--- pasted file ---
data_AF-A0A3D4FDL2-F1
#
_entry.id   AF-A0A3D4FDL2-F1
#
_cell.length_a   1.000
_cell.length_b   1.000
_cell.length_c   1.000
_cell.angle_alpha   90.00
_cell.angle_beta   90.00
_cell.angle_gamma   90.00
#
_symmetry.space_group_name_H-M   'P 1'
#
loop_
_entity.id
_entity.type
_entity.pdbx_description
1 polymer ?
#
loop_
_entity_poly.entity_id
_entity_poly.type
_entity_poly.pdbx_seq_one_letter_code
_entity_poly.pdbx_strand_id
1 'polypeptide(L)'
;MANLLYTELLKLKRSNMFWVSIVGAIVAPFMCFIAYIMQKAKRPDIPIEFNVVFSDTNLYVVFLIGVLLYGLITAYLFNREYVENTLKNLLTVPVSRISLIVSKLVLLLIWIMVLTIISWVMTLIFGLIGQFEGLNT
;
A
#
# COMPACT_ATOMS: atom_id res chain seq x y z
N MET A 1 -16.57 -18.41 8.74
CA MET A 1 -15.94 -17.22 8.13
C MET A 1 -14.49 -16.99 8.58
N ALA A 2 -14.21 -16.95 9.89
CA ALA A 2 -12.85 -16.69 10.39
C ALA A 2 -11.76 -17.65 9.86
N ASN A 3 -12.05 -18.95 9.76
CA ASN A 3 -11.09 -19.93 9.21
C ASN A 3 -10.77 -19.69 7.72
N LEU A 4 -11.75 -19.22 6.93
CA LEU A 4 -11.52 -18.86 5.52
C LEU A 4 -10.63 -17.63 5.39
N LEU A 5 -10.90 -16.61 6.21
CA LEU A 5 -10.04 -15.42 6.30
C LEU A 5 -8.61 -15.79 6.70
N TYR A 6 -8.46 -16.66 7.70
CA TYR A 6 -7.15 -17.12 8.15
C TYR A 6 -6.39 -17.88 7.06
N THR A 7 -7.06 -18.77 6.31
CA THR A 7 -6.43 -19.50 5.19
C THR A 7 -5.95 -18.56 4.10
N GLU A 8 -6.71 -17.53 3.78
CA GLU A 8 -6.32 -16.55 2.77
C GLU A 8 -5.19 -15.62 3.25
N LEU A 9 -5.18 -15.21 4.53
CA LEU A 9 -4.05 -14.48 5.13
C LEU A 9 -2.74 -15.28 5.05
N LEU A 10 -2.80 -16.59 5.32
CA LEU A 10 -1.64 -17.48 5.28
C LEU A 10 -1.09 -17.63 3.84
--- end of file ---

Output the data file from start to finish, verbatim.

data_AF-A0A3D4FDL2-F1
#
_entry.id   AF-A0A3D4FDL2-F1
#
_cell.length_a   1.000
_cell.length_b   1.000
_cell.length_c   1.000
_cell.angle_alpha   90.00
_cell.angle_beta   90.00
_cell.angle_gamma   90.00
#
_symmetry.space_group_name_H-M   'P 1'
#
loop_
_entity.id
_entity.type
_entity.pdbx_description
1 polymer ?
#
loop_
_entity_poly.entity_id
_entity_poly.type
_entity_poly.pdbx_seq_one_letter_code
_entity_poly.pdbx_strand_id
1 'polypeptide(L)'
;MANLLYTELLKLKRSNMFWVSIVGAIVAPFMCFIAYIMQKAKRPDIPIEFNVVFSDTNLYVVFLIGVLLYGLITAYLFNREYVENTLKNLLTVPVSRISLIVSKLVLLLIWIMVLTIISWVMTLIFGLIGQFEGLNT
;
A
#
# COMPACT_ATOMS: atom_id res chain seq x y z
N MET A 1 -16.57 -18.41 8.74
CA MET A 1 -15.94 -17.22 8.13
C MET A 1 -14.49 -16.99 8.58
N ALA A 2 -14.21 -16.95 9.89
CA ALA A 2 -12.85 -16.69 10.39
C ALA A 2 -11.76 -17.65 9.86
N ASN A 3 -12.05 -18.95 9.76
CA ASN A 3 -11.09 -19.93 9.21
C ASN A 3 -10.77 -19.69 7.72
N LEU A 4 -11.75 -19.22 6.93
CA LEU A 4 -11.52 -18.86 5.52
C LEU A 4 -10.63 -17.63 5.39
N LEU A 5 -10.90 -16.61 6.21
CA LEU A 5 -10.04 -15.42 6.30
C LEU A 5 -8.61 -15.79 6.70
N TYR A 6 -8.46 -16.66 7.70
CA TYR A 6 -7.15 -17.12 8.15
C TYR A 6 -6.39 -17.88 7.06
N THR A 7 -7.06 -18.77 6.31
CA THR A 7 -6.43 -19.50 5.19
C THR A 7 -5.95 -18.56 4.10
N GLU A 8 -6.71 -17.53 3.78
CA GLU A 8 -6.32 -16.55 2.77
C GLU A 8 -5.19 -15.62 3.25
N LEU A 9 -5.18 -15.21 4.53
CA LEU A 9 -4.05 -14.48 5.13
C LEU A 9 -2.74 -15.28 5.05
N LEU A 10 -2.80 -16.59 5.32
CA LEU A 10 -1.64 -17.48 5.28
C LEU A 10 -1.09 -17.63 3.84